“What’s the story morning glory? What’s the tale nightingale?” is how the story begins.
“This is what I do when I am at home,” Gene Chang, M.D., from the Department of Ob/Gyn, states somewhat seriously as he waves to an invisible audience.
“It is common in my house for my wife or son to be at home rehearsing lines with my daughter,” he continues. “When they are ready to perform, a hush falls over the room and the mood is as serious as I might find in an operating room. It’s actually quite scary.” Chang pauses, takes a deep breath and continues smiling. “Sometimes I even get to stand-in for rehearsal.”
“Right now, we are helping my daughter prepare for her role in Bye-Bye-Birdie which her theater group will perform at Piccolo Spoleto,” he adds proudly. ”Her acting/singing is something totally different for us and I didn’t think I would ever have been interested in before. I credit my daughter for introducing me to Hamilton, which is now an obsession for me.”
He laughs easily and then adds, “You know, I think I’d love to act. In fact, I’d like to be that actor-what’s his name-Ken Jeong? You know he’s actually a doctor and has his own TV show. I want to be that guy in my spare time.”
These are not the words you expect to hear from this Maternal Fetal Medicine specialist, a physician who cares for some of the most complicated of pregnancies. He continues talking and claims that he always wanted to be a doctor even though he didn’t come from a family of doctors. “I don’t know if that idea was self-generated or parental programming. I just knew from an early age that I would be a doctor.”
“I was born just outside of San Francisco, but my mother’s work brought my family cross country to the East Coast moving first to New York, then Philadelphia and Miami before landing in Virginia. I went to medical school at the Medical College of Virginia and then came to Charleston for my residency where I met my wife who is also a physician. Following 4 years in the Air Force, I did my fellowship in Maternal Fetal Medicine at MUSC and have remained on staff ever since. Now, I spend much of my time seeing patients in our Fetal Care Center.”
“When I was a resident, I actually answered a casting call for the sequel to Ace Ventura which was filming in Charleston,” he adds during a break in the conversation. “one of the questions the producers asked was whether I would be willing to shave my head for an additional $75. Naturally, I said yes. I was actually cast as a monk in the movie but had to pull out last minute because of work. I think if I’d been in that movie, I would have become Ken Jeong!” he teases, with a bit of Dennis the Menace quality in his voice, and on his face. It’s difficult to know whether he is joking or not as he grabs a piece of candy from the candy bowl on his desk, popping it in between the infectious grin spread across his handsome face. Most likely, he is joking.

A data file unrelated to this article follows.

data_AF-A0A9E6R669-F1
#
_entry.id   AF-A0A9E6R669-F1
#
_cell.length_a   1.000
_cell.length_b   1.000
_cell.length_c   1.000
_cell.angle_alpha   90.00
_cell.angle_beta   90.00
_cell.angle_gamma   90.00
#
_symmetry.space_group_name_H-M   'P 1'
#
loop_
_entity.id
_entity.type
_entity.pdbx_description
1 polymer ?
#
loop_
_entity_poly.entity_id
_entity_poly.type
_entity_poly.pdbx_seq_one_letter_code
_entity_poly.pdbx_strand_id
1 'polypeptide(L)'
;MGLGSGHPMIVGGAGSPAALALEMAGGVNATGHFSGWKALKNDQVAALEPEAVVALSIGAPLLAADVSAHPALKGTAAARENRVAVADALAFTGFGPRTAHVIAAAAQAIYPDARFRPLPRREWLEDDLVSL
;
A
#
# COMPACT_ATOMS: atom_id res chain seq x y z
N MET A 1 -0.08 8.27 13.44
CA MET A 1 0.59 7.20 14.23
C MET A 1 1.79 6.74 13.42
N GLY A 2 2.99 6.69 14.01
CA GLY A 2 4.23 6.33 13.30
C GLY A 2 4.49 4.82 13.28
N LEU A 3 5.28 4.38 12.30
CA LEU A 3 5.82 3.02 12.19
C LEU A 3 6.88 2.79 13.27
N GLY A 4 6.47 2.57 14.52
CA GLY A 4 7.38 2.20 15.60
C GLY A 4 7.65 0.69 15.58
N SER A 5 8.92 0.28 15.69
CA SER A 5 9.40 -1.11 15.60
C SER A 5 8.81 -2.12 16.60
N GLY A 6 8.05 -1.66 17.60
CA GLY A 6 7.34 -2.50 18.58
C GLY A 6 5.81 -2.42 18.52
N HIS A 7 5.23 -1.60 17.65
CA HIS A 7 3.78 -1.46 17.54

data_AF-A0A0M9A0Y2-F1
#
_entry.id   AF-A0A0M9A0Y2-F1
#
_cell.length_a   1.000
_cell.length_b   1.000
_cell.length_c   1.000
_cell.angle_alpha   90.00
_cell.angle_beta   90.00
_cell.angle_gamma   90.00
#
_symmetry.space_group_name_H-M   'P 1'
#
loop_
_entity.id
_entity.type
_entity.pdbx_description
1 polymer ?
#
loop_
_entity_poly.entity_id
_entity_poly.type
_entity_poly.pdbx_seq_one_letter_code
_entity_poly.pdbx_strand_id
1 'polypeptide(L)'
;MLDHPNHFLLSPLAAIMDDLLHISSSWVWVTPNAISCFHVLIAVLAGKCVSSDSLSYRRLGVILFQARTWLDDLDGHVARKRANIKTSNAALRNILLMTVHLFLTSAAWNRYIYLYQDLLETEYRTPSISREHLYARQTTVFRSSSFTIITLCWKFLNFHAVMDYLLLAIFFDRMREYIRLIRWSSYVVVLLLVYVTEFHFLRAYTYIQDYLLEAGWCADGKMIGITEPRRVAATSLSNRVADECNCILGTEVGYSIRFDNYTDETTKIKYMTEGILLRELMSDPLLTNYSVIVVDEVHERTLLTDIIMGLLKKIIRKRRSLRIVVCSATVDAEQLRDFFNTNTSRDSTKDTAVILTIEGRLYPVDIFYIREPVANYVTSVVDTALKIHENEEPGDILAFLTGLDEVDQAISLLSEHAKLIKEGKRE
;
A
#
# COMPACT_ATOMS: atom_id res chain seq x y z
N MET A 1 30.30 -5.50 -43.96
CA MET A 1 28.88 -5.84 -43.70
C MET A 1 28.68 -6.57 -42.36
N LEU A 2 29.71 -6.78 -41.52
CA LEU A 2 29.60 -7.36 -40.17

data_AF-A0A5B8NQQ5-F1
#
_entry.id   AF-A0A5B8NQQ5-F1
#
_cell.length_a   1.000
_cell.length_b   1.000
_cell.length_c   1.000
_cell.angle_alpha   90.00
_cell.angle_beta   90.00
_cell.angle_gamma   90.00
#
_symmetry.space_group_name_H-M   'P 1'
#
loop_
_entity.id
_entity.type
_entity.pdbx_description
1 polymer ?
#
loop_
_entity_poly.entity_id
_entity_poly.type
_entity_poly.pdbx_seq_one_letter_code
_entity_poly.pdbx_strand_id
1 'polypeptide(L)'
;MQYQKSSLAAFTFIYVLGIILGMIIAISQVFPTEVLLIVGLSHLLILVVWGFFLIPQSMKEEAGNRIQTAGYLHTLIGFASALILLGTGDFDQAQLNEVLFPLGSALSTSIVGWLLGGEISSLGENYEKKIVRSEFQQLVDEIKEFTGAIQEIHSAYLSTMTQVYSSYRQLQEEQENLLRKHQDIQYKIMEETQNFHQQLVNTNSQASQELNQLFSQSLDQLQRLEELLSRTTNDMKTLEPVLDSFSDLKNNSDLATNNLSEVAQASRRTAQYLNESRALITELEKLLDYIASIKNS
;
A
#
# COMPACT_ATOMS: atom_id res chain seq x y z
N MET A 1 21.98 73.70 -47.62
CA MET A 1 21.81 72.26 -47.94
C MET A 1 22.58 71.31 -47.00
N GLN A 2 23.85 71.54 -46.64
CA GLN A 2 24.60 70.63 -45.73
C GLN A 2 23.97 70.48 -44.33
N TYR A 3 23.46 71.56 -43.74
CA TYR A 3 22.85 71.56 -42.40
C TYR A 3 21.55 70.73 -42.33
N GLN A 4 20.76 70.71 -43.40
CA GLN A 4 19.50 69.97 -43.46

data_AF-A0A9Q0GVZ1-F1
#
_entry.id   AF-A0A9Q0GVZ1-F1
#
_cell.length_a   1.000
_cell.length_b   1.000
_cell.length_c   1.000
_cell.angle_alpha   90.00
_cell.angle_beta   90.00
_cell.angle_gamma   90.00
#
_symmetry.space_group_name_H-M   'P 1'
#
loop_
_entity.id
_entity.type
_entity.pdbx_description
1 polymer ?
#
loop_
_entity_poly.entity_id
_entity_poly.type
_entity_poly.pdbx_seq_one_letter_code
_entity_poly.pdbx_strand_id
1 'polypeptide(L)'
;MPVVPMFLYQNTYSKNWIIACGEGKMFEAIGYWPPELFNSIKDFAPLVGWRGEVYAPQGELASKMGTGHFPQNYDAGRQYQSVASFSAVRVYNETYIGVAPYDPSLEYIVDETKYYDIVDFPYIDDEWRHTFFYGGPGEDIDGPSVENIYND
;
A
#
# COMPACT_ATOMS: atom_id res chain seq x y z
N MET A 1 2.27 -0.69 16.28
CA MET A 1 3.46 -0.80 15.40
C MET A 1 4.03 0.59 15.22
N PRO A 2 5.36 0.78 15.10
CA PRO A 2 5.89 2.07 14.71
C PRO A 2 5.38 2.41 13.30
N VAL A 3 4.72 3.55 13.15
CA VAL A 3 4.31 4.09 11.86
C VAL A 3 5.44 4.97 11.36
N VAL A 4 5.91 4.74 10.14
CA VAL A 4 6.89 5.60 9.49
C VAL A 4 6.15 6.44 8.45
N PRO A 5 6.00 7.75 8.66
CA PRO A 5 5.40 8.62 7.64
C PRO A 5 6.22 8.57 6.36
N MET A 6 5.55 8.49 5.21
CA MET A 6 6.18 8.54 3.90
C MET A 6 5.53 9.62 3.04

When asked how he spends his leisure time, he responds without hesitation. “I’m my kids’ dad and I’m my wife’s husband. It’s pretty amazing how accomplished they are, I just ride their coat-tails. I spend time with my daughter rapping Hamilton or learning about her newest role and I am my son’s biggest fan for whatever sport he is playing. His sport is whatever is in season and I try to help him prepare,” he states with pleasure. “You can often see us throwing a football by our house, playing basketball in the driveway, or taking batting practice at the batting cages near our house.”
“As for me, I play guitar when I can and I love to play golf, though I’m no Tiger Woods- I’m more like Happy Gilmore. Thankfully my colleagues Chris Goodier, Robbie Conatser, and Keith Willan don’t talk too much smack and let me play with them.” He smiles again impishly.
As the conversation turns to his profession, the humor is checked and the serious, engaged, and dedicated physician emerges once again. “Fundamentally, my instinct is to be a teacher and sometimes I wonder whether I am a doctor who teaches or a teacher who doctors. It’s a toss-up. Either way, teaching is a big part of what we do with patients when we diagnose abnormalities in their baby,” When asked to describe why he has chosen to care for the most vulnerable of patients, Dr. Chang explains, “Taking care of babies with malformations is tough and can be emotionally draining. My quirky sense of humor is a way to deal with this I guess. Anyway, for the longest time, we could only “diagnose,” but now we can “fix” some of the problems we find in babies which is cool. We are reimagining the possibilities and hopefully making a difference and this is what drives me to do what I do.”
“My job,” he continues “Is to understand and to be respectful of my patients’ beliefs and desires, and to help them achieve a degree of humanity at this most difficult of times,” he states quite compassionately.
Once again, Gene Chang’s quiet, easy manner fills the air and carries you effortlessly into a place which feels comfortable and secure, setting his audience at ease. A quick and faint smile crosses his face as he sits at his desk surrounded by photos of his family, his friends, and his accomplishments, and in that moment you realize this is no act. Dr. Eugene Chang is the real deal and he is no stand-in. Bravo, Dr. Chang.